Yours, Mine and Ours: Marital Agreements and Estate Planning

According to data from the U.S. Census Bureau, 42 million Americans have been married more than once. Historically, nearly 75% of people who divorce remarry. Of those remarriages, approximately 65% involve children from a prior marriage. This can make estate planning complicated.

Individuals entering into subsequent marriages have often had many years to accumulate assets and may have more to lose financially in the event of another divorce. Additionally, children from different marriages may not be treated as intended with respect to inheritance rights and the interests of surviving spouses may be in direct conflict with those children, causing friction within a blended family. Because of this, proper planning is essential, of which a marital agreement (“prenup” or “postnup”) can be a vital part.

A prenup serves to clearly identify the separate property assets each party brings into the marriage, and what, if any, community property they intend to create during the marriage. This can help reduce the risk of later disputes between the blended family members.

When entering into a prenup, certain practices should be followed for the agreement to have the greatest likelihood of enforceability, including:

  • Start the process early and complete it well in advance of the wedding.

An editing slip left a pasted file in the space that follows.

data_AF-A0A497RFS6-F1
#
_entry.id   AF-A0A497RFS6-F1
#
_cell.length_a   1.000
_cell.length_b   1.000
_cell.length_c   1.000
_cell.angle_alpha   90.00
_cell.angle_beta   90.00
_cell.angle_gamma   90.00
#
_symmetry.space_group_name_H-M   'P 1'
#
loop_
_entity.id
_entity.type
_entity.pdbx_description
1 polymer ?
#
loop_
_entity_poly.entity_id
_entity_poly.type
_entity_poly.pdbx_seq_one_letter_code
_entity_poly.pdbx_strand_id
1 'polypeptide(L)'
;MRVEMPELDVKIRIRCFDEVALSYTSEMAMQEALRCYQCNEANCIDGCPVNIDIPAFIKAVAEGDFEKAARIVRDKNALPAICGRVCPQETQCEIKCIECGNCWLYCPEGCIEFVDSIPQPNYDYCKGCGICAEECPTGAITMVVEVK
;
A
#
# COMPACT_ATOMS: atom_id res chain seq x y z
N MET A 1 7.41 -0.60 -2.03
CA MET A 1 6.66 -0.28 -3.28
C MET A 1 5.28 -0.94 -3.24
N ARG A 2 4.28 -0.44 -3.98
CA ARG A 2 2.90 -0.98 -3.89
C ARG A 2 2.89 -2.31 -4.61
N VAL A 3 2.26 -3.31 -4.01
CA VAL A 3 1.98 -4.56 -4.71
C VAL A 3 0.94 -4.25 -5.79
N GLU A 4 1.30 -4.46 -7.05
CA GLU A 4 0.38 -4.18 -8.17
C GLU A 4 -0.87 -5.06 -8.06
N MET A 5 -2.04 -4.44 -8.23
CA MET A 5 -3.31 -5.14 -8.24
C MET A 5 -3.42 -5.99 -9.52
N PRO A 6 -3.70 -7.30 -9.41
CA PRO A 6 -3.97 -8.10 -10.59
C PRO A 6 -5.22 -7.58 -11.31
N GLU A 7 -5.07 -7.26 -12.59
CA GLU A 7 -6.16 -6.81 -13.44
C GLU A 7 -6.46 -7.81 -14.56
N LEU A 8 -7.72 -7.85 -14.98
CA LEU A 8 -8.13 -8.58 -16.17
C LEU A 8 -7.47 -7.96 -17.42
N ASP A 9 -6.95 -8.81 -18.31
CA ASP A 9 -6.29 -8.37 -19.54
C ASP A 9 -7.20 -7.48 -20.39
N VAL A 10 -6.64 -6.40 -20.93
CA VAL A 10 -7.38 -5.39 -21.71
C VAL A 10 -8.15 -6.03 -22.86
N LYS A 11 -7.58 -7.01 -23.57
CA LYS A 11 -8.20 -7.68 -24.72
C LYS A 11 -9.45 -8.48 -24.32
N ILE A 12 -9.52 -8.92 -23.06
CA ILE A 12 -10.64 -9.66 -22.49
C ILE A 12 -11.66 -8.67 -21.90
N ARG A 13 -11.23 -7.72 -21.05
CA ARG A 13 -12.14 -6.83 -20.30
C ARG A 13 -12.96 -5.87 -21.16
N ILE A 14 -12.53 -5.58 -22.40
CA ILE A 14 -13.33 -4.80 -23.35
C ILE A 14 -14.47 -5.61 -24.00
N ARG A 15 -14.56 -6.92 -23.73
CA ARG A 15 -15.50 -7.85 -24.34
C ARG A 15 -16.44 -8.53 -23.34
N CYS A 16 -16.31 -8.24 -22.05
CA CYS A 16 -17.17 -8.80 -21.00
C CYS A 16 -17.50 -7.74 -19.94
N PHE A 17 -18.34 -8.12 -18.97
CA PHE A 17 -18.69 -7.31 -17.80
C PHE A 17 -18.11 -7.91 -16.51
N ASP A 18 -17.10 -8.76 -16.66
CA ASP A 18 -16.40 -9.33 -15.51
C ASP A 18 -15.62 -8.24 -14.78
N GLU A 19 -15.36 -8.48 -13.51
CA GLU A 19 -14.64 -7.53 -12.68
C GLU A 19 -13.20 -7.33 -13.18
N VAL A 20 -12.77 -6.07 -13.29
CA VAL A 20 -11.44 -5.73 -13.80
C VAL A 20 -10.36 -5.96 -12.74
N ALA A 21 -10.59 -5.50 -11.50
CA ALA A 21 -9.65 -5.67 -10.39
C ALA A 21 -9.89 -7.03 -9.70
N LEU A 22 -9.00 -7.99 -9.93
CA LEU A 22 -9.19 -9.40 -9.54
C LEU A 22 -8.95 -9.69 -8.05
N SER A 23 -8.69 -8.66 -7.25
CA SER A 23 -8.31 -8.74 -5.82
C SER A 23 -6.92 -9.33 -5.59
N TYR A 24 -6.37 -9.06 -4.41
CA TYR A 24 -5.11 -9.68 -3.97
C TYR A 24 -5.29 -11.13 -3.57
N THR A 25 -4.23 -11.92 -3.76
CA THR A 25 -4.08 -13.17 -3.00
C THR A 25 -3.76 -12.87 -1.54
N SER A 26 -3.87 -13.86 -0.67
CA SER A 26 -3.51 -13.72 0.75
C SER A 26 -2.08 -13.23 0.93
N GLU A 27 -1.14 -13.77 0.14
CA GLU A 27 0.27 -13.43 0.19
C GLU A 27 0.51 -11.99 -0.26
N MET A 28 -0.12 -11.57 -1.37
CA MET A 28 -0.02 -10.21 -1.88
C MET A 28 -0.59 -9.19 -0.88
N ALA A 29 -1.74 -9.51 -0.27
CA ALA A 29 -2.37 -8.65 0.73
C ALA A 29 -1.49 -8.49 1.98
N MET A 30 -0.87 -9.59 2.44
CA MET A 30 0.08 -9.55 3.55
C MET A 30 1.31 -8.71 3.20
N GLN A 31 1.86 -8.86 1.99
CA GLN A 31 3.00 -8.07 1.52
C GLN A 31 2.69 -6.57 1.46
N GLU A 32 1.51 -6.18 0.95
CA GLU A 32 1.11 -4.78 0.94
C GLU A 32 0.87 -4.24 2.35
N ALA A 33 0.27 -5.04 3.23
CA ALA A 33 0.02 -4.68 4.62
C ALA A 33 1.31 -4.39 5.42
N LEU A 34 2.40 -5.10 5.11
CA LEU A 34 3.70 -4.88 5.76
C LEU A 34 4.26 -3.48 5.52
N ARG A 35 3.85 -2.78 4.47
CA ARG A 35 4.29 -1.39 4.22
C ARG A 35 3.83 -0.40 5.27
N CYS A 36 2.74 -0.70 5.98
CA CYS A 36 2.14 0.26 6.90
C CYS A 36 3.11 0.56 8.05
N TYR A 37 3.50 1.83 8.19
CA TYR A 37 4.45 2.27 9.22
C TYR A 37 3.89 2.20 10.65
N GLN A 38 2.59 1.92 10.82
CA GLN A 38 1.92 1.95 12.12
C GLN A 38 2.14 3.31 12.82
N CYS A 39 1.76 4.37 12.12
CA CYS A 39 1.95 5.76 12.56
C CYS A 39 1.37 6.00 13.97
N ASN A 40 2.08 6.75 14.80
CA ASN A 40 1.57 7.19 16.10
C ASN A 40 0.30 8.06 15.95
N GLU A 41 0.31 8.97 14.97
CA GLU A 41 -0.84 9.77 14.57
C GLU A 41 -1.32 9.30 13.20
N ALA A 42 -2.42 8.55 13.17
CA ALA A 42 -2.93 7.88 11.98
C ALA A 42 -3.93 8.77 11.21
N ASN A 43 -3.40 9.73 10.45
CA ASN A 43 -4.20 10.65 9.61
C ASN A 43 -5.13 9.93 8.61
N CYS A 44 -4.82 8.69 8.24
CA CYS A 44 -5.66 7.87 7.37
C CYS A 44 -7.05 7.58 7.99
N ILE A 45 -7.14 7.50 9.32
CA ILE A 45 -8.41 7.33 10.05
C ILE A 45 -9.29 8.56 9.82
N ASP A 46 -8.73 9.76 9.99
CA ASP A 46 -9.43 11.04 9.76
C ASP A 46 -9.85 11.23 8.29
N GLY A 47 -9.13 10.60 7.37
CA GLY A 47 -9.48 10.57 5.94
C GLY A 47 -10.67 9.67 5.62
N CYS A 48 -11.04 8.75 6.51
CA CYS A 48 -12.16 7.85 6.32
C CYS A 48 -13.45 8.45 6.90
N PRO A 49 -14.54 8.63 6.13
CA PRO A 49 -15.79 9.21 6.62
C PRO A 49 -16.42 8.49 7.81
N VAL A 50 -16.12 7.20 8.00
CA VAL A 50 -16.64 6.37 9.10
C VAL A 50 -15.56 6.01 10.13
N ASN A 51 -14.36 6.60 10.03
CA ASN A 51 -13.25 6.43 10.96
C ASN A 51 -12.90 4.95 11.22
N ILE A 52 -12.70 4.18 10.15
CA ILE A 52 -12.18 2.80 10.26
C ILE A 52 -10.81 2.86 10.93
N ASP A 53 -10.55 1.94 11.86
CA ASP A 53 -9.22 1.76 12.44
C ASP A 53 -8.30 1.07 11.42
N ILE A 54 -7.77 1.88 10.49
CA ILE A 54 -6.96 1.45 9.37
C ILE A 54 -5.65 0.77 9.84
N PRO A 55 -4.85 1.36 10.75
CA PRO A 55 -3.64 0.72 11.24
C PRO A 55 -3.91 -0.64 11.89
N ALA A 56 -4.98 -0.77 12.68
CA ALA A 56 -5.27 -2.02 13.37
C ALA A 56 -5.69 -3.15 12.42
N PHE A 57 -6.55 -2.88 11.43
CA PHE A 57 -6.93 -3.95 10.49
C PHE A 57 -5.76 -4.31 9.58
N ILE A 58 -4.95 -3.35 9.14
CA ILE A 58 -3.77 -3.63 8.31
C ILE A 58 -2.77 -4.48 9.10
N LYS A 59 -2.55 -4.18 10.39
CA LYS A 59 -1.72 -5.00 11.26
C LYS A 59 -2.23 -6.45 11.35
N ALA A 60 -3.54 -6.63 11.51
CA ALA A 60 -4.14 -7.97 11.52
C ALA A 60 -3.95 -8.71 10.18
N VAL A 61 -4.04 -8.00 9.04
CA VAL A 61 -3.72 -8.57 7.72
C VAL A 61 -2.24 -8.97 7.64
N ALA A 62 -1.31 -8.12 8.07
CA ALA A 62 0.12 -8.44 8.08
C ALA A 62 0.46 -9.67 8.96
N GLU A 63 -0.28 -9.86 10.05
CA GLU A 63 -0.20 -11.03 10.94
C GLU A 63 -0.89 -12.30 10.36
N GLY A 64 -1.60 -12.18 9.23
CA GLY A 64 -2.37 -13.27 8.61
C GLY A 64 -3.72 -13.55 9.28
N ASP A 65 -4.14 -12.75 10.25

• Each party should be represented by individual counsel of their choosing.
  • Each party should provide a full disclosure of their assets and finances, and the prenup should include a comprehensive plan for handling finances going forward, such as:
    • How income from separate property will be characterized;
    • How wages, salary, or other compensation will be characterized;
    • The treatment of debts, both incurred before and during marriage;
    • The issue of spousal support upon divorce;
    • The division of assets upon divorce or death.

Another important place for marital agreements in the planning process is with respect to trusts. Particularly marital, family, and descendants’ trusts. Requiring that a beneficiary must execute a valid marital agreement in order to receive (or continue to receive) certain trust distributions is an excellent way to protect your assets from any failed marriages of your beneficiaries.

If you would like to know more or to take advantage of our complimentary initial meeting call or email our office to schedule – or (512) 263-5400.